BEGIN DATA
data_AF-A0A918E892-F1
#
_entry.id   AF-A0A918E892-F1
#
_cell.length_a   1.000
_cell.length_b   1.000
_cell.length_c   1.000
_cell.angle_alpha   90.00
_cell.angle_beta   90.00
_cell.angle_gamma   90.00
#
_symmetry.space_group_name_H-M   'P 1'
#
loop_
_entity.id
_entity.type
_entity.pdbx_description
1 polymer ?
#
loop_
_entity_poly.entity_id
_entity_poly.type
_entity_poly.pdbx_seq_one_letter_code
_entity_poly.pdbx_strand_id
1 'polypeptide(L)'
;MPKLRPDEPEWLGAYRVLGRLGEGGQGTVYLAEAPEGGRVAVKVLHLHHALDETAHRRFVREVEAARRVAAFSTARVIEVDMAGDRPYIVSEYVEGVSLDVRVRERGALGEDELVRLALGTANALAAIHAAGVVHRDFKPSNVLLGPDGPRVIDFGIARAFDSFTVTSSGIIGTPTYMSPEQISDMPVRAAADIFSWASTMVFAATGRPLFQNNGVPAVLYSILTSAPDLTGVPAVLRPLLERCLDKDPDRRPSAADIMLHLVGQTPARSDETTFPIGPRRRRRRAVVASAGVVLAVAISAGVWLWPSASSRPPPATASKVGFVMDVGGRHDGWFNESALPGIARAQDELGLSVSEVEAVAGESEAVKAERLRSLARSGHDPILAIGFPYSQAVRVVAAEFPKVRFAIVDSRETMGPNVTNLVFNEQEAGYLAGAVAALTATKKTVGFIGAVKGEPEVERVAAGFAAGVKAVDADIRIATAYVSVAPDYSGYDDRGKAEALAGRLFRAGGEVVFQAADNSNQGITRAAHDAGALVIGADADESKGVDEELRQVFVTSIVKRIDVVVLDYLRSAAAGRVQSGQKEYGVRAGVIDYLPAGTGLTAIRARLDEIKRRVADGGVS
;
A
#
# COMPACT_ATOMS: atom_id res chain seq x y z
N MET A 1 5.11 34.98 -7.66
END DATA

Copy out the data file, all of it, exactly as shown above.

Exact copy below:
data_AF-A0A918E892-F1
#
_entry.id   AF-A0A918E892-F1
#
_cell.length_a   1.000
_cell.length_b   1.000
_cell.length_c   1.000
_cell.angle_alpha   90.00
_cell.angle_beta   90.00
_cell.angle_gamma   90.00
#
_symmetry.space_group_name_H-M   'P 1'
#
loop_
_entity.id
_entity.type
_entity.pdbx_description
1 polymer ?
#
loop_
_entity_poly.entity_id
_entity_poly.type
_entity_poly.pdbx_seq_one_letter_code
_entity_poly.pdbx_strand_id
1 'polypeptide(L)'
;MPKLRPDEPEWLGAYRVLGRLGEGGQGTVYLAEAPEGGRVAVKVLHLHHALDETAHRRFVREVEAARRVAAFSTARVIEVDMAGDRPYIVSEYVEGVSLDVRVRERGALGEDELVRLALGTANALAAIHAAGVVHRDFKPSNVLLGPDGPRVIDFGIARAFDSFTVTSSGIIGTPTYMSPEQISDMPVRAAADIFSWASTMVFAATGRPLFQNNGVPAVLYSILTSAPDLTGVPAVLRPLLERCLDKDPDRRPSAADIMLHLVGQTPARSDETTFPIGPRRRRRRAVVASAGVVLAVAISAGVWLWPSASSRPPPATASKVGFVMDVGGRHDGWFNESALPGIARAQDELGLSVSEVEAVAGESEAVKAERLRSLARSGHDPILAIGFPYSQAVRVVAAEFPKVRFAIVDSRETMGPNVTNLVFNEQEAGYLAGAVAALTATKKTVGFIGAVKGEPEVERVAAGFAAGVKAVDADIRIATAYVSVAPDYSGYDDRGKAEALAGRLFRAGGEVVFQAADNSNQGITRAAHDAGALVIGADADESKGVDEELRQVFVTSIVKRIDVVVLDYLRSAAAGRVQSGQKEYGVRAGVIDYLPAGTGLTAIRARLDEIKRRVADGGVS
;
A
#
# COMPACT_ATOMS: atom_id res chain seq x y z
N MET A 1 5.11 34.98 -7.66